March 29, 2006 – The FOMC voted on Tuesday to raise its target Fed funds rate by 25 basis points to 4.75% (Chart 1). The FOMC has raised its Fed funds target by 25 basis points at each of its last fifteen regularly-scheduled policy meetings.
According to the FOMC statement, “The Committee judges that some further policy firming may be needed to keep the risks to the attainment of both sustainable economic growth and price stability roughly in balance.” (That’s the same as the last FOMC statement in January.) Thus, we can’t rule out another tightening action at the next FOMC meeting in May.
However, we can’t count on a May tightening, either. That will depend on the economic data. As the FOMC reminded us in its January minutes, the outlook for U.S. monetary policy is more uncertain now, because FOMC members no longer share a strong common vision of their best future course. Thus, “…all members agreed that the future path for the funds rate would depend increasingly on economic developments and could no longer be prejudged with the previous degree of confidence.”
In its comments about current economic conditions, the FOMC noted that Q1 economic growth “rebounded strongly” after a temporary lull in Q4. Looking ahead, FOMC members expect growth to return to a “more sustainable pace”.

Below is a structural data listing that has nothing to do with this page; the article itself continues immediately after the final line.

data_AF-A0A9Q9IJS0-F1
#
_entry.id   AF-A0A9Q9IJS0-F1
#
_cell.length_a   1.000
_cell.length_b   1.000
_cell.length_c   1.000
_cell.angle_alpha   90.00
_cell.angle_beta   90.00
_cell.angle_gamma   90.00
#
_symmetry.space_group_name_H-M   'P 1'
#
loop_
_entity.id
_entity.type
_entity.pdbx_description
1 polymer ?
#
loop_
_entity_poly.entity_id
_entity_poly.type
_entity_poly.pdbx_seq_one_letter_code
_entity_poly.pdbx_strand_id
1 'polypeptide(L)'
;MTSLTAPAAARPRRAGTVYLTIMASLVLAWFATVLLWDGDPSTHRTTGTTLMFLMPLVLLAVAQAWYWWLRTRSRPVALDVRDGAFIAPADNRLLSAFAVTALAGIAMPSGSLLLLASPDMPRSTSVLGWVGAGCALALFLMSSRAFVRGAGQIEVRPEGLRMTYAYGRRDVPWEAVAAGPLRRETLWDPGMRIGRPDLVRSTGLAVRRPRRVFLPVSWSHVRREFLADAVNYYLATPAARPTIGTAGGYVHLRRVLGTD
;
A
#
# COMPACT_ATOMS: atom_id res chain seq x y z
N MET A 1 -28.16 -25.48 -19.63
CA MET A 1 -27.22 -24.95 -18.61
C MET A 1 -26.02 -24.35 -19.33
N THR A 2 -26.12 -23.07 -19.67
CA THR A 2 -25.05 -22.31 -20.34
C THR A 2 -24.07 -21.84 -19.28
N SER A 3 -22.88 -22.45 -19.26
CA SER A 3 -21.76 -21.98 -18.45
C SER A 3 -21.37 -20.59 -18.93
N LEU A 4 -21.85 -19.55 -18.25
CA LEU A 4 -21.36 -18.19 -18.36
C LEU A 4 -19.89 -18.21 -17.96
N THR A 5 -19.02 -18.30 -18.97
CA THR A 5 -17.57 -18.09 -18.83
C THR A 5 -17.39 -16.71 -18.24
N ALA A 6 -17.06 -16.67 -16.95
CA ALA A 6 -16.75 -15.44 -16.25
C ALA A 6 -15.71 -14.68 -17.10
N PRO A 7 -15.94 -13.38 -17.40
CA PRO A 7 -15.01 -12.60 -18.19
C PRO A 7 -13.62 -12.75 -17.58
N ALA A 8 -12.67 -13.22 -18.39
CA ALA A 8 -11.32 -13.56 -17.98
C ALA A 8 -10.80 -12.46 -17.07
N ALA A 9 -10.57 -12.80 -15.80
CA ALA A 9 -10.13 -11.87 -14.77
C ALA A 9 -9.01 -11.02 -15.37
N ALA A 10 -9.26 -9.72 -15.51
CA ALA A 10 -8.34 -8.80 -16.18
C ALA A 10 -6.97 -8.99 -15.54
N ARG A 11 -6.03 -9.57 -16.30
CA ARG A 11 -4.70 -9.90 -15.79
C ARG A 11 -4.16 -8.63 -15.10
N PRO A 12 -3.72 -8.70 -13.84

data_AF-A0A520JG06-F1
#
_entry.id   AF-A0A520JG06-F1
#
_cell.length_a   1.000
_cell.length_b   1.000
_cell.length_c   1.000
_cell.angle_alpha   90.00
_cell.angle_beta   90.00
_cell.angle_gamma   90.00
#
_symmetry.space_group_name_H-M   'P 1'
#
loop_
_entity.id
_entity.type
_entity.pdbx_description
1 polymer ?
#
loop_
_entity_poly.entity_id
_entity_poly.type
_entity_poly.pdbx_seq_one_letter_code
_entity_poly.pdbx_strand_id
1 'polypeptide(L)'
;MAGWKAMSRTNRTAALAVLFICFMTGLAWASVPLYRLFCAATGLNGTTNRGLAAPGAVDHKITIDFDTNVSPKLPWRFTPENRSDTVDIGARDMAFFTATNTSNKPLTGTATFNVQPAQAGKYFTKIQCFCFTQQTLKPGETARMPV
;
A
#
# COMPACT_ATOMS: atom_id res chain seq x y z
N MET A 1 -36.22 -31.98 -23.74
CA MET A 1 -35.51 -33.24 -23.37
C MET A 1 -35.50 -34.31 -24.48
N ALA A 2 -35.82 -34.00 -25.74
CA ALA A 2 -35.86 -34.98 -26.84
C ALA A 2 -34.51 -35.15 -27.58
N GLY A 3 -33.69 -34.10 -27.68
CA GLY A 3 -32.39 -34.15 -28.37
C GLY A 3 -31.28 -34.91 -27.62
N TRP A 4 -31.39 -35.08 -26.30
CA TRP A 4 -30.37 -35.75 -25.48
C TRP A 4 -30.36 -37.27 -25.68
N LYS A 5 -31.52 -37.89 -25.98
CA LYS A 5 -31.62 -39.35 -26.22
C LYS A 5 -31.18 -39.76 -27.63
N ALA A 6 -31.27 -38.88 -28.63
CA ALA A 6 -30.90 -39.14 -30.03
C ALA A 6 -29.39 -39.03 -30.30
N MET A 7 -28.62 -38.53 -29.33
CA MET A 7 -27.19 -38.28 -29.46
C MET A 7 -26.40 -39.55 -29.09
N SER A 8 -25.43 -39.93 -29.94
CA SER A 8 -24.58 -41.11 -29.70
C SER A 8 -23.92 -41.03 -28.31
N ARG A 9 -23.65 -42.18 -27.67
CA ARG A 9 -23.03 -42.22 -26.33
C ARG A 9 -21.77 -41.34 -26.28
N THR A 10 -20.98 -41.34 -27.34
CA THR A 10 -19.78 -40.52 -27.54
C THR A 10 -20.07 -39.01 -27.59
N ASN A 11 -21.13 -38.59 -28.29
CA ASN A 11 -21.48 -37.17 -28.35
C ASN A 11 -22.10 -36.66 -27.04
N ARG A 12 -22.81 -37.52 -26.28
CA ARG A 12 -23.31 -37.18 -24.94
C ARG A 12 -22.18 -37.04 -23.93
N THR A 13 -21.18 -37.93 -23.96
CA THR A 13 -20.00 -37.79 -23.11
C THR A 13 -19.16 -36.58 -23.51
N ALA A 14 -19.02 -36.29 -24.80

Although the inflation indicators have remained reasonably well behaved in the data to date, the FOMC continues to worry about the potentially volatile combination of unsustainably strong demand growth and the upward pressure on production costs caused by “elevated” prices for energy and other commodities.
Thus, in addition to their heightened inflation watch, FOMC members will be searching the real economic indicators for reassurance that the economy is in the process of slowing to a “more sustainable pace”. If they don’t find that reassurance, then there is a good chance they will tighten again in May.